I HAVE LIVED IN northern New Mexico for the better part of the past two decades, in part because the night skies are reliably clear and dark more nights than not, even close to the smaller cities like Santa Fe and Taos. To complement the stellar night skies, Taos and northern New Mexico is a fascinating geologic region where the high desert converges with high-alpine volcanic mountains along the planet’s second largest rift valley. Here is a collection of a few of my favorite night sky shots and the backstory behind my process.


Saturn and Mars

Light from the towns does have an effect on seeing but it isn’t strong enough for light pollution to bleach out the luminance from stars and planets. This, combined with weather patterns where the high desert meets the mountains creates unique conditions for creative astrophotography. In this picture, Saturn and Mars shine bright in the sky above Taos as the moon rises in the southeast.


Lunar Mesa

Often clouds hang around the horizons and create some dramatic scenes, while the high sky is clear allowing vivid and sharp views of the stars.


Celestron Rocks North

Proper polar alignment of a well-tuned telescope is the key to producing clear and sharp images when using tracking motors the wind can be as much of a hindrance as clouds or a misaligned mount. The mesas below the Sangre de Cristo mountains are often windy, and it can get dusty after prolonged dry spells. The abundant high desert and sub-alpine flora help keep the dust at bay but can’t do much to stop any wind. On a calm, clear and dry night last August I was learning polar-alignment techniques with my first telescope and set up for a long-exposure star trail image and this was the result The fading lights crossing on the left side of the picture are satellites which appear when they’re at a specific angle relative to the sun and the camera, called iridium flares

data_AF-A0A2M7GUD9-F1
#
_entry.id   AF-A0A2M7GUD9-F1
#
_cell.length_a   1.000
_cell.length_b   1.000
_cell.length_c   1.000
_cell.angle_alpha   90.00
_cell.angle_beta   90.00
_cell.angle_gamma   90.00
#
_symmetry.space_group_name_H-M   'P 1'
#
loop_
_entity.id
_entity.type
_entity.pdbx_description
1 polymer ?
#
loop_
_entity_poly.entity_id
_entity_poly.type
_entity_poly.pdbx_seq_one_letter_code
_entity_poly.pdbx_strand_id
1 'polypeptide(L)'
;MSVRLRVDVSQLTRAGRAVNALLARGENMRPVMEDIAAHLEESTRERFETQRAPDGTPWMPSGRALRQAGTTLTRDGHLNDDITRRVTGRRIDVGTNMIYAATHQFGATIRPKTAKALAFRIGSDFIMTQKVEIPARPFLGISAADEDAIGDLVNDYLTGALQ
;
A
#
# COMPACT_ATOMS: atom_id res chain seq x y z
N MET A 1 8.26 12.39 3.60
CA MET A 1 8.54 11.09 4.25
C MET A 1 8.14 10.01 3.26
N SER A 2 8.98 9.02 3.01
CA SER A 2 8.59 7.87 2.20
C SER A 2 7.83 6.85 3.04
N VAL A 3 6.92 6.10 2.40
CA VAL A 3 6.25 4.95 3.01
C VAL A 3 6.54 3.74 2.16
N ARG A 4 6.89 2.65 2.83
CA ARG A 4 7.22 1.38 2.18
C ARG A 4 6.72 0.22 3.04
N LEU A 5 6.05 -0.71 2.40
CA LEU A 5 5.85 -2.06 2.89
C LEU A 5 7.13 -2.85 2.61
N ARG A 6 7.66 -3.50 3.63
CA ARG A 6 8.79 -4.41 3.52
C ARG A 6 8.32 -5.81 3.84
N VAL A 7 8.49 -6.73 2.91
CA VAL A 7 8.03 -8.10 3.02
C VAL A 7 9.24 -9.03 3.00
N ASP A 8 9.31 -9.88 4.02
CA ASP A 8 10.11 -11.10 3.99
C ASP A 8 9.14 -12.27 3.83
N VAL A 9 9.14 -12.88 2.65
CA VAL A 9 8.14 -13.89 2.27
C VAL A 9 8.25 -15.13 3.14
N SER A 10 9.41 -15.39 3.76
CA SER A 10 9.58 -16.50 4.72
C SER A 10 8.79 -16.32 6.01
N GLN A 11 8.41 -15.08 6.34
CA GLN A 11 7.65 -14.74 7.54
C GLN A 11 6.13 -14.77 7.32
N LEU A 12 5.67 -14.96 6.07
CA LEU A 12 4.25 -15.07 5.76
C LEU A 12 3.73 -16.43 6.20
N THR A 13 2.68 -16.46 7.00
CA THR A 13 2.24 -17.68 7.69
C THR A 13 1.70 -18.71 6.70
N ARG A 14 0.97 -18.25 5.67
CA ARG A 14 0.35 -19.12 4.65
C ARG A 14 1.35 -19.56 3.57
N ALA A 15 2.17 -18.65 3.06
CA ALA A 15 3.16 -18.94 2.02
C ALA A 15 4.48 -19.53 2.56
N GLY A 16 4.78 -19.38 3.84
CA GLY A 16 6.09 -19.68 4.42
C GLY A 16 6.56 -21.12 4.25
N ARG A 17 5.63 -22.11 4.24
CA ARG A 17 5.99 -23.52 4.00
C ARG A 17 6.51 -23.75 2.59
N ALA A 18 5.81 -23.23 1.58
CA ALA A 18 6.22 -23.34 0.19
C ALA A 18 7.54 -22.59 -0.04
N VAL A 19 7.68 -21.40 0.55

Shooting through the scope with the tracking motor off shows a closer perspective of the northern celestial pole with the star trails created by Earth’s rotation. This was a 923-second image aimed at Polaris


Lagoon Nebula

The southern sky holds many of the deep space objects visible through a small scope. This year we’ve had some awesome seeing conditions, April and May were about as good as it gets for astroviewing and imaging. This is M8, the Lagoon nebula which is visible near the Milky Way’s core throughout the summer months, in the southern sky above Taos


Trifid Nebula

Another colorful nebula close to M8, the Trifid Nebula.


Cosmic Zia

Enjoying craft brews is an integral part of our local culture whether it’s after riding the slopes at Taos Ski Valley or hanging out at night with friends on the mesa after an aggressive bike ride. New Mexico has some awesome breweries, we love our local favorites like Taos Mesa Brewing and Santa Fe Brewing Co. whose classic zia symbol cans are seen at many local star parties.


Wheeler Peak and Jupiter